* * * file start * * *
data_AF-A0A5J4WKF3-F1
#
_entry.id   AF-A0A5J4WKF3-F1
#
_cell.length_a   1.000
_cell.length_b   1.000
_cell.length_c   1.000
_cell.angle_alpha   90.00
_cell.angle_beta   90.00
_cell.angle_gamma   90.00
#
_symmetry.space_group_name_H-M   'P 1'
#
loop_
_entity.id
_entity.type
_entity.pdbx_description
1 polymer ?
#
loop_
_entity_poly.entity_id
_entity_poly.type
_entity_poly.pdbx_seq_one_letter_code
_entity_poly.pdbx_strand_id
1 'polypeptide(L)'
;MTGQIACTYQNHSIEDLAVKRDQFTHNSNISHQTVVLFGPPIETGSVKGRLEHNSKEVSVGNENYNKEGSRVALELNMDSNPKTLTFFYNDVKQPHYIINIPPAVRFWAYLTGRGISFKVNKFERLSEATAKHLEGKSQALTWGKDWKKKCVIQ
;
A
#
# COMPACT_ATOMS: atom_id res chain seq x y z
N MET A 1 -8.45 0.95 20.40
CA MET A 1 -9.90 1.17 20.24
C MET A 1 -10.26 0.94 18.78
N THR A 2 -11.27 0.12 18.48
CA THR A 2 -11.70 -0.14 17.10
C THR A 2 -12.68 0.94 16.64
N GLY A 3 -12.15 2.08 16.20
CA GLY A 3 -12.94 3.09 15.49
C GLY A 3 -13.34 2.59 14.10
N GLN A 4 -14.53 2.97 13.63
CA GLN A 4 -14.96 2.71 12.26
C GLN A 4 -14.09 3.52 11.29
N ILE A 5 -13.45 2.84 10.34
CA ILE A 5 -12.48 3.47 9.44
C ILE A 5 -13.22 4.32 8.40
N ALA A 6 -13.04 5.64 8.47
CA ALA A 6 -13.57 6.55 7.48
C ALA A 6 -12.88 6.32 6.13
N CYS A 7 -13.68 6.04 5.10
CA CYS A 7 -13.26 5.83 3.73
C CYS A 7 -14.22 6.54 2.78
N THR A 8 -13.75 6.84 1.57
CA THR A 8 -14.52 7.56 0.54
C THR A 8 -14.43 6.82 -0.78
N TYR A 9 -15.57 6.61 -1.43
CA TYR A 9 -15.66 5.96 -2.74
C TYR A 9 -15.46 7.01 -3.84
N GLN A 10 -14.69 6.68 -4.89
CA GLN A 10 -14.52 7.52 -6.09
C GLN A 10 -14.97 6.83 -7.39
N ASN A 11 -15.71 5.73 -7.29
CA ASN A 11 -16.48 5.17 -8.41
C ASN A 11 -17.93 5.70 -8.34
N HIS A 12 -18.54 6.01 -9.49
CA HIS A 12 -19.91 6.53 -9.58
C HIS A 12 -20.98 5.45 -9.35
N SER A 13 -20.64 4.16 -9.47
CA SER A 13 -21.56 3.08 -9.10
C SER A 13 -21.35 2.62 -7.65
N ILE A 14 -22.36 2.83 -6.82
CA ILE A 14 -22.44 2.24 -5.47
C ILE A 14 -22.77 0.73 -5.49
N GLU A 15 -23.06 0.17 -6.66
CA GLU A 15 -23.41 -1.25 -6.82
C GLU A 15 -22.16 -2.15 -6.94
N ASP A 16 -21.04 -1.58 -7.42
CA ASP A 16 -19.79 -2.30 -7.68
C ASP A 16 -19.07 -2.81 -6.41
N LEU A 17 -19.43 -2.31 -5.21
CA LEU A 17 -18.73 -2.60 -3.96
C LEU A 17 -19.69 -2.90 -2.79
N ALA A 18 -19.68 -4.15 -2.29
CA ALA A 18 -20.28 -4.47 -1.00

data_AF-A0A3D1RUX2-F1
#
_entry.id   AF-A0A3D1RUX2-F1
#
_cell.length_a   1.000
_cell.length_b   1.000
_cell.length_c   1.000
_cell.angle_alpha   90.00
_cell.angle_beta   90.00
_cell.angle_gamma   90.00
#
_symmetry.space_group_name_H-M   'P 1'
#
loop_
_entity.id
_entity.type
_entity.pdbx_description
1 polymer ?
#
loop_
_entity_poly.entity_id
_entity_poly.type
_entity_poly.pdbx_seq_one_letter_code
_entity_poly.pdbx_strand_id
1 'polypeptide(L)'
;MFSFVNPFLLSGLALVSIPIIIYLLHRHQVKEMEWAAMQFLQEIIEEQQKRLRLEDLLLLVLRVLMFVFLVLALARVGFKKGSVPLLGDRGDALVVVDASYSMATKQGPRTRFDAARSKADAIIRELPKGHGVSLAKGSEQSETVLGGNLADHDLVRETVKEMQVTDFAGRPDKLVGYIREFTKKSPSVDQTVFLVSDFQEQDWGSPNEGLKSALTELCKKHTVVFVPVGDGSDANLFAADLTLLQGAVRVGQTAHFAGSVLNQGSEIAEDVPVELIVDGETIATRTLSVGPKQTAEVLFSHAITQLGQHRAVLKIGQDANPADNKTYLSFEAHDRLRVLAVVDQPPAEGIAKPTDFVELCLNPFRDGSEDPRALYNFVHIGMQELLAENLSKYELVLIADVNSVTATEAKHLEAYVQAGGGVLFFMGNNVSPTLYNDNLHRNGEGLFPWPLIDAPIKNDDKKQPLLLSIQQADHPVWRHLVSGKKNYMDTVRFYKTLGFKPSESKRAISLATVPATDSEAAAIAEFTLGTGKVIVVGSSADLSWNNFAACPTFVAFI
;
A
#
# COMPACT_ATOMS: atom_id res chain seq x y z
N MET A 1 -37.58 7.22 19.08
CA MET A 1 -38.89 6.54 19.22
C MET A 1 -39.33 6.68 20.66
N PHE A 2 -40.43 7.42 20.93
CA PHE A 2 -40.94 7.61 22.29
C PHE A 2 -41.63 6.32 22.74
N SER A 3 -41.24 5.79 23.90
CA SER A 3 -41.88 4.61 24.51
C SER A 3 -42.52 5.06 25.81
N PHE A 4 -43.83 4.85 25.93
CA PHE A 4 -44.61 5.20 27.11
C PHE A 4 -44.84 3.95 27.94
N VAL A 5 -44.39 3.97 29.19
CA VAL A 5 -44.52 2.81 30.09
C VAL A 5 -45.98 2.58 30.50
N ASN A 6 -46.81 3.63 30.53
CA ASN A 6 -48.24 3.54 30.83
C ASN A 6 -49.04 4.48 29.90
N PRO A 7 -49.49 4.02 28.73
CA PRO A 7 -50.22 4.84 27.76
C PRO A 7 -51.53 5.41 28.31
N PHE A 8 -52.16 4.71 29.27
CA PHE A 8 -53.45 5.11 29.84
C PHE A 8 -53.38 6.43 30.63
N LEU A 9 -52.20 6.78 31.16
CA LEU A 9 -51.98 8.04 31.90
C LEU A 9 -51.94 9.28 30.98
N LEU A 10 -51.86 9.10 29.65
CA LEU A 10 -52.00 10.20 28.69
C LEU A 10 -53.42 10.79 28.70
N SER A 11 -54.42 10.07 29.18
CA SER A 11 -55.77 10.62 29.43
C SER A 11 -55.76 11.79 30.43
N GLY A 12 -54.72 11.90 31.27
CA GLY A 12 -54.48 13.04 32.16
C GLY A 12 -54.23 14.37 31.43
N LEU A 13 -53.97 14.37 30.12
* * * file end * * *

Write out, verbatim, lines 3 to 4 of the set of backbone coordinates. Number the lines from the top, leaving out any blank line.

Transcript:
_entry.id   AF-A0A5J4WKF3-F1
#